The aim of this work was to develop a consensual recommendation under the auspices of the Assessment of SpondyloArthritis international Society (ASAS) for early referral of patients with a suspicion of axial spondyloarthritis by non-rheumatologists. The development of a referral recommendation consisted of four phases: (1) systematic literature review, (2) the first Delphi round aiming at identification of unmet needs and development of a candidate list of referral parameters, (3) the second Delphi round aiming at identification of the most useful combination of referral parameters and (4) final discussion and formal endorsement by ASAS membership. The following consensus on a referral recommendation was achieved as a result of the Delphi processes and final voting: “Patients with chronic back pain (duration ≥3 months) and back pain onset before 45 years of age should be referred to a rheumatologist if at least one of the following parameters is present: Inflammatory back pain; human leucocyte antigen-B27; Sacroiliitis on imaging if available (X-rays or magnetic resonance imaging); Peripheral manifestations (arthritis, enthesitis, dactylitis); Extra-articular manifestations (psoriasis, inflammatory bowel disease, uveitis); Positive family history for spondyloarthritis; Good response to non-steroidal anti-inflammatory drugs; Elevated acute phase reactant.” A consensual ASAS-endorsed referral recommendation for patients suspected of having axial spondyloarthritis was developed as a flexible and universal strategy to be used in clinical practice by primary care physicians or non-rheumatology specialists. The practical value of this strategy applied in different settings should be determined in future studies.
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There is still a substantial gap of 5–8 years between the onset of symptoms and the diagnosis of axial spondyloarthritis (axSpA).1–3 One of the major reasons for such a delay is a late referral of patients to a rheumatologist by general practitioners and other physicians encountering patients with back pain. This late referral can be caused by the referring doctor and/or by the patient. The leading clinical manifestation of axSpA is chronic back pain. However, chronic back pain is highly prevalent in the general population and axSpA is responsible for only about 5% of the cases.4 Obviously, it is not feasible to refer all patients with chronic back pain to a rheumatologist with such a relatively low prevalence of axSpA among chronic back pain patients. A certain kind of a ‘filter’ based on the presence of features characteristic of axSpA is necessary in order to sufficiently increase the likelihood of axSpA in patients referred to a rheumatologist by non-rheumatologists (ie, general practitioners, orthopaedic surgeons, gastroenterologists, dermatologists). At the same time, such a ‘filter’ (further called ‘referral strategy’) should not be too complex in order to make its application feasible by all type of doctors. While several referral strategies2 ,3 ,5–9 have been proposed and tested over the last 10 years, to date a universally accepted referral strategy is still lacking. In this work, we aim to summarise existing data concerning referral strategies for patients suspected of having axSpA and to develop a consensual Assessment of SpondyloArthritis international Society (ASAS)-endorsed recommendation for early referral of this group.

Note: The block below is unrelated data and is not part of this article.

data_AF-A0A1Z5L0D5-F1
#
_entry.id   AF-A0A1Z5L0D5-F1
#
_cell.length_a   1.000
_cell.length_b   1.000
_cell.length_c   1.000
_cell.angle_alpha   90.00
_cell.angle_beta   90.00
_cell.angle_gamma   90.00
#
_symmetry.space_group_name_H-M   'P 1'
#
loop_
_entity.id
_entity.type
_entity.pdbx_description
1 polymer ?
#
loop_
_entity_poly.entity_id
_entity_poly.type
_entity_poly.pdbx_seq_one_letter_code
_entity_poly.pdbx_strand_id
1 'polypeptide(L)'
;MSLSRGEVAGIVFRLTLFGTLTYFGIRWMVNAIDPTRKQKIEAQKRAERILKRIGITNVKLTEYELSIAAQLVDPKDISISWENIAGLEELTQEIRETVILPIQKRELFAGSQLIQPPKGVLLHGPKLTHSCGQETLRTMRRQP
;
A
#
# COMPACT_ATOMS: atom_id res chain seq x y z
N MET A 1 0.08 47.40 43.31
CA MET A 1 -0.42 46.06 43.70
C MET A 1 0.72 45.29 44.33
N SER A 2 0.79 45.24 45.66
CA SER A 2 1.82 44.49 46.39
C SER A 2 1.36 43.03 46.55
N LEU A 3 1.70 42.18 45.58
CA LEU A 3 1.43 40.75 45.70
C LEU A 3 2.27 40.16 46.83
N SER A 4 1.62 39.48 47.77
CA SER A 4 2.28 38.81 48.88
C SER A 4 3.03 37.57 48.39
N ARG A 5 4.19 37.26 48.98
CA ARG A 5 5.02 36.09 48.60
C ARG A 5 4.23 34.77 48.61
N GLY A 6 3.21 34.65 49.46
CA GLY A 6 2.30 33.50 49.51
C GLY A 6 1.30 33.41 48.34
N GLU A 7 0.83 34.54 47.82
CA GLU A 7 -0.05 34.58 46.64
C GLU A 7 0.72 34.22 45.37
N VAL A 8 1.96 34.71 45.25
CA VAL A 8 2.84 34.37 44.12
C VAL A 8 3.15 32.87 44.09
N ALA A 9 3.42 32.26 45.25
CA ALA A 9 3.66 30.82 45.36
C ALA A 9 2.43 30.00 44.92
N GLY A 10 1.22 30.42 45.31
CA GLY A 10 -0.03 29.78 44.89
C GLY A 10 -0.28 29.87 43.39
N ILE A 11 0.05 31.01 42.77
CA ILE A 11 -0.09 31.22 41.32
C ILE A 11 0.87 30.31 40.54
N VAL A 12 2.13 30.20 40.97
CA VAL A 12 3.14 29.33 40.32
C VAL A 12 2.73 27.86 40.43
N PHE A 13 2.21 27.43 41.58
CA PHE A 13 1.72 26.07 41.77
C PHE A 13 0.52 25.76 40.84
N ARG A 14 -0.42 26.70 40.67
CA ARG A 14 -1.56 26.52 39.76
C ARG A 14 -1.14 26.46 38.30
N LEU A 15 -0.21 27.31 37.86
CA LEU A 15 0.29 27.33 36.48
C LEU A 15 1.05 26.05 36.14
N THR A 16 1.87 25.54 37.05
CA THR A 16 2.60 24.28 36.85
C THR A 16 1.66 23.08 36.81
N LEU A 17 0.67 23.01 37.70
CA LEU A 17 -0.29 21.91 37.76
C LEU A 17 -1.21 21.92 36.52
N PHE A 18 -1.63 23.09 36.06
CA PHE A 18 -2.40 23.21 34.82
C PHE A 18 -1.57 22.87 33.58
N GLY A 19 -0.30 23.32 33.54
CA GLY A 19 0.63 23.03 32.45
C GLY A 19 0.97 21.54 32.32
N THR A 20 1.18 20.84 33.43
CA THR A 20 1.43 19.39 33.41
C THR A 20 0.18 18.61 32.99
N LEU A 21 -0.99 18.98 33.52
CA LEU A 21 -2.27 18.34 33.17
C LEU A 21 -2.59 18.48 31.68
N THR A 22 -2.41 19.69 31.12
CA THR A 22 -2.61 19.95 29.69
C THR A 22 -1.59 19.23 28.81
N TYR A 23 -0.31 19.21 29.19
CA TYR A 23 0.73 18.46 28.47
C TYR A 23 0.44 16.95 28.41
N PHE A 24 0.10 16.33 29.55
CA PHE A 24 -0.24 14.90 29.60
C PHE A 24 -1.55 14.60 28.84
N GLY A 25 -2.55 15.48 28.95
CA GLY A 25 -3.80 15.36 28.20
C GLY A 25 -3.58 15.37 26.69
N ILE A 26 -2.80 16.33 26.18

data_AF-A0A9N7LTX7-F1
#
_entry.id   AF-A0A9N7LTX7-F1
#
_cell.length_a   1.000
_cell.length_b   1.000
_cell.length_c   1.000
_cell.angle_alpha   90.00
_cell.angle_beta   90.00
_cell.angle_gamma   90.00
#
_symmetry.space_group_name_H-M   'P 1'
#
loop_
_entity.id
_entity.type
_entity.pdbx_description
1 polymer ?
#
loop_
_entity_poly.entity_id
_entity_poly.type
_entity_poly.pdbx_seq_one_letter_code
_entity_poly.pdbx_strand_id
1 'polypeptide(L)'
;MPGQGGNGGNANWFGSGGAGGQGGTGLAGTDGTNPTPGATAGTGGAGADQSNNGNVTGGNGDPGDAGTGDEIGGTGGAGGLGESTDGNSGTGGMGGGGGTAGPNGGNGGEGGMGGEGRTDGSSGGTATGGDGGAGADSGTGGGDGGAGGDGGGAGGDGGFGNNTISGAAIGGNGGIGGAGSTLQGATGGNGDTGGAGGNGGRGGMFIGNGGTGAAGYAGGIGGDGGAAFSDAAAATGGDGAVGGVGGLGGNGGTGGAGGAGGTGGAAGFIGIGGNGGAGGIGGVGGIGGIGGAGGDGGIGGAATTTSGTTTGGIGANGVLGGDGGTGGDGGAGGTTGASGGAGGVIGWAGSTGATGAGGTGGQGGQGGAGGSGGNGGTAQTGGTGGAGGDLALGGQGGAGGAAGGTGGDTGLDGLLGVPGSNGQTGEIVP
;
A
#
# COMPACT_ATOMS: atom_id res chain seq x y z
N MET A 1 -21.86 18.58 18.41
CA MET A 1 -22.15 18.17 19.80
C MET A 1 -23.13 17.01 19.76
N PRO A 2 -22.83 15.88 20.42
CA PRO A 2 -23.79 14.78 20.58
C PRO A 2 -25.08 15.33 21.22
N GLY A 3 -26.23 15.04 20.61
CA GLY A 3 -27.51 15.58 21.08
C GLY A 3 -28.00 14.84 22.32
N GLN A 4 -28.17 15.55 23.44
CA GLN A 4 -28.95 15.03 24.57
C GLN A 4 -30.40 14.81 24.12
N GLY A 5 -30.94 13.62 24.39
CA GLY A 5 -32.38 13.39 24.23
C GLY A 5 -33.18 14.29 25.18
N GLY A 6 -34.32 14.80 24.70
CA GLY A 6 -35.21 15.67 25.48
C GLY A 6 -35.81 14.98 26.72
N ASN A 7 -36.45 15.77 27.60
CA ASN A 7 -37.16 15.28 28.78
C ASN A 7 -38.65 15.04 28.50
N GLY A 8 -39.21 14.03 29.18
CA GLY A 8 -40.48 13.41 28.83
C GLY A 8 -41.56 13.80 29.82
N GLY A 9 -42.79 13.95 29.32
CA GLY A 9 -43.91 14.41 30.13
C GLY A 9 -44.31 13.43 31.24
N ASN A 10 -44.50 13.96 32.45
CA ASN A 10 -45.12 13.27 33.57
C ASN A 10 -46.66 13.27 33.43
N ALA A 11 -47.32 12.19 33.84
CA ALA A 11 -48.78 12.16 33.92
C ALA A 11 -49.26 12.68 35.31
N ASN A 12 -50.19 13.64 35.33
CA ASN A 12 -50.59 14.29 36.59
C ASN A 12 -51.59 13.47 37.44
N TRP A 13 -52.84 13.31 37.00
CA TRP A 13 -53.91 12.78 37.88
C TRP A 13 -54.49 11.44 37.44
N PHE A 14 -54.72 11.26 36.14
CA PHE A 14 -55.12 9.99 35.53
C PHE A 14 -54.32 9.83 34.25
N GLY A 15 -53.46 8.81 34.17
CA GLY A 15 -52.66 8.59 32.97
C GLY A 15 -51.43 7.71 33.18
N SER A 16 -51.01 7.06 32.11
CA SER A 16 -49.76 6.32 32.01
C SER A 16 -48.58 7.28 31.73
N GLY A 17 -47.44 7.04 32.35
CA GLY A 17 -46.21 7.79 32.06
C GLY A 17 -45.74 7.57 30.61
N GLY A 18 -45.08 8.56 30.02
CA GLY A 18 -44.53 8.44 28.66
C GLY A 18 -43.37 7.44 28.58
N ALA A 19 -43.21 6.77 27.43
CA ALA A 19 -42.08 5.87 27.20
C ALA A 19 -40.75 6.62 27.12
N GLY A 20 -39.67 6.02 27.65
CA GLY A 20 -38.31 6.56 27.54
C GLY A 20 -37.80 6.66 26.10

Development of the ASAS-endorsed referral recommendations for patients suspected of having axial SpA by primary care physicians or non-rheumatology specialists consisted of the following four phases: (1) systematic literature review (SLR); (2) the first Delphi round aiming at identification of unmet needs, subsequent discussion at the ASAS annual meeting in 2013, and development of the referral parameter candidate list; (3) the second Delphi round aiming at identification of the most useful combination of the referral parameters and (4) discussion on a final proposal for the recommendations and voting for endorsement at the ASAS annual meeting in 2014.
Systematic literature review